Meadowlark Gallery: The Artist Biographies


Harvey Eckert

On a warm and cooling evening, I had the good fortune to step into the Madison River with a man I had known about for almost thirty years. He slowly edged forward through the water and paid particular time to associate me with his river. Carefully and prudently he would comment about this riffle, the lay of the river as to his kinship and friendship with this wonderful resource.

The person I am referring to is Harvey Eckert. For many years he became known for just his complimentary illustrations to a little newsletter entitled "The River Rat" by George F. Grant. During those many years of countless illustrations, he became known in the trout worlds with such notables as Dan Bailey, Bud Lilly, Dave Whitlock, Ernest Schweibert, Bob Jacklin, and of course, George F. Grant. His illustrations have included "Montana Trout Flies" by George F. Grant; "The Master Fly Weaver" by George F. Grant; and "Caddisflies" by Gary LaFontaine. They have also published his work in Fly Fisherman Magazine, Rod and Reel Magazine, Fly Fisher Magazine, United Fly Tyers Magazine, Fly Tyer Magazine, Montana Outdoors Magazine, and Fishing World Magazine. He has done countless hours for the Federation of Fly Fisherman as to advertising scenarios. Harvey Eckert designed the hat pin and poster in 1986 for the Federation of Fly Fisherman Conclave.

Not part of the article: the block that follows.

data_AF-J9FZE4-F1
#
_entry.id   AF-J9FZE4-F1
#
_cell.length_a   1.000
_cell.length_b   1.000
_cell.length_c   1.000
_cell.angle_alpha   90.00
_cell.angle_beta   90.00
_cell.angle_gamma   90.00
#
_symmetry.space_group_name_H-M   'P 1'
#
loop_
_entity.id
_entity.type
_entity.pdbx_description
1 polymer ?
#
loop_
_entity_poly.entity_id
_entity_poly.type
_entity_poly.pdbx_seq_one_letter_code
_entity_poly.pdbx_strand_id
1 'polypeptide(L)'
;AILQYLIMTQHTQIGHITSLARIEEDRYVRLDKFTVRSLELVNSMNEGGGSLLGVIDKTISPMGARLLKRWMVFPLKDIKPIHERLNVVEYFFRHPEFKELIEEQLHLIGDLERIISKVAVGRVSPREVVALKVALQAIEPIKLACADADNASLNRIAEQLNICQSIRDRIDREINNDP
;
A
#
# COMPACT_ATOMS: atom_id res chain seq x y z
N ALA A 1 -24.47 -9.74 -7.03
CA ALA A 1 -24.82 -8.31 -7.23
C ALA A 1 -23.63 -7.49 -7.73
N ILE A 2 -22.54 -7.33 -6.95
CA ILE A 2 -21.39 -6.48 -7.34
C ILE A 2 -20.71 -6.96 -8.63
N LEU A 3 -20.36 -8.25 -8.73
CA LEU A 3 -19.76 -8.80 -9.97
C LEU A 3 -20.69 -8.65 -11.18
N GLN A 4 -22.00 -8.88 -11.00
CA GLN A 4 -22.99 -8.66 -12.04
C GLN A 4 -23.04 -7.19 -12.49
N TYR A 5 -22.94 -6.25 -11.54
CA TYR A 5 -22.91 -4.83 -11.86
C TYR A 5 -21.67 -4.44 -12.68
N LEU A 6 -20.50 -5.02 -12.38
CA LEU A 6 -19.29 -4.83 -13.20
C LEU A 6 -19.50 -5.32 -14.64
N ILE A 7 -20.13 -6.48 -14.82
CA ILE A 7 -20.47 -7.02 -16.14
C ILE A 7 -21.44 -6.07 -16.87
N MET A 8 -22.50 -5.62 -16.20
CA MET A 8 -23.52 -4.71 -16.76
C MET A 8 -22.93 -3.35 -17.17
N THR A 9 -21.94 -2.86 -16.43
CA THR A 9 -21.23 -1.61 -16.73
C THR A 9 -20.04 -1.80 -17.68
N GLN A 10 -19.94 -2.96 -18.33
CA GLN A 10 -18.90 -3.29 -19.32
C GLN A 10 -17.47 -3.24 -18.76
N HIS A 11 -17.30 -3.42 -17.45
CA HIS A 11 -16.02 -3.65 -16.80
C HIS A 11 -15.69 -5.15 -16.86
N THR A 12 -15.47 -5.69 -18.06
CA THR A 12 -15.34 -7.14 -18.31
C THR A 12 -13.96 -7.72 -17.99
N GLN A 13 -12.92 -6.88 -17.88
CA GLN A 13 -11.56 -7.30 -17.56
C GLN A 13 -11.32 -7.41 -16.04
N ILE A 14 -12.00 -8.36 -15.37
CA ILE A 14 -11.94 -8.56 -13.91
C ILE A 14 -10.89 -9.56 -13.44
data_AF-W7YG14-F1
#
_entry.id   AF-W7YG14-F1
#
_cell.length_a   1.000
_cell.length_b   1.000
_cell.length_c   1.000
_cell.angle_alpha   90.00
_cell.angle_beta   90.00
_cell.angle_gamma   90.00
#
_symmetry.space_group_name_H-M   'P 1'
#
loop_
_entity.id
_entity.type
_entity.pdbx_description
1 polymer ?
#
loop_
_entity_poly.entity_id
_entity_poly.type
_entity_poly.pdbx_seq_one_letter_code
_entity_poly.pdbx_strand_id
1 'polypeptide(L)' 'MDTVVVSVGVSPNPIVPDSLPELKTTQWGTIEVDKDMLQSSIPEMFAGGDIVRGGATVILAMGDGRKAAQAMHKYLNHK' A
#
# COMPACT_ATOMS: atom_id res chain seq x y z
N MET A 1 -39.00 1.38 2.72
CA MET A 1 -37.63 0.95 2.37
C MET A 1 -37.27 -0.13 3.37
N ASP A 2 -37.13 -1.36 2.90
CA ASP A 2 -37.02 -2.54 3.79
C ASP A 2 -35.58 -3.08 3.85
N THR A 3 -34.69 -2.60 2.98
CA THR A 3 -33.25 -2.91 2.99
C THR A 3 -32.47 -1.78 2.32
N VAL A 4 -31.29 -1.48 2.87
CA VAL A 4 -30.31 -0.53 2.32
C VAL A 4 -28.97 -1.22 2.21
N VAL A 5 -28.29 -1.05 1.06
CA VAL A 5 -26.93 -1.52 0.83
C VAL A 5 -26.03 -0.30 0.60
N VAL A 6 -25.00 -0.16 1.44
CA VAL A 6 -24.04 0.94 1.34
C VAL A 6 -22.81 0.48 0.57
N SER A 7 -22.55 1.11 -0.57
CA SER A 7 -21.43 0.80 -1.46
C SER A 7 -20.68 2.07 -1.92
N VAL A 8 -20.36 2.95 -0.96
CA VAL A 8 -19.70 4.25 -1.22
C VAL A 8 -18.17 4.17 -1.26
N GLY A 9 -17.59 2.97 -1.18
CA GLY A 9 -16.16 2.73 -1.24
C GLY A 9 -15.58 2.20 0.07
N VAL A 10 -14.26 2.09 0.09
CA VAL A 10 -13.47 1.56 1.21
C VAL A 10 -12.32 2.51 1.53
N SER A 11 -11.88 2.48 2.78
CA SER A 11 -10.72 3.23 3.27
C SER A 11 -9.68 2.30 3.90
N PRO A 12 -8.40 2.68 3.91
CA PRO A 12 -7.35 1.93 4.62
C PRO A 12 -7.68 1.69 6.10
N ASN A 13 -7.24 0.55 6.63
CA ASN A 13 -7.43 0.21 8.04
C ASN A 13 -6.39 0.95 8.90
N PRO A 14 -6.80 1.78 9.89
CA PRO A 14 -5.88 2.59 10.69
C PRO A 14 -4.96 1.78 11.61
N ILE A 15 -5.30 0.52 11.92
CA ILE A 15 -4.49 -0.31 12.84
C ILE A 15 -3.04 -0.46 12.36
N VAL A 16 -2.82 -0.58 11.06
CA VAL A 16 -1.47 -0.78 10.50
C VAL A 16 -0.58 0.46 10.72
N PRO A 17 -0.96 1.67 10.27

I would like to say something along the lines of romanticism as to Harvey Eckert. He was "born on a mountaintop in Tennessee . . . " which is a long way from Great Bend, Kansas on November 27, 1946. Harvey was raised in Larned, Kansas graduating from high school and received a Bachelor of Arts from Wichita State University in Literature and Creative Writing. He also received an Associate Degree in English from Colby Community College in Colby, Kansas. Later he also graduated in Civil Engineering from the Vocational Technical School in Butte, Montana.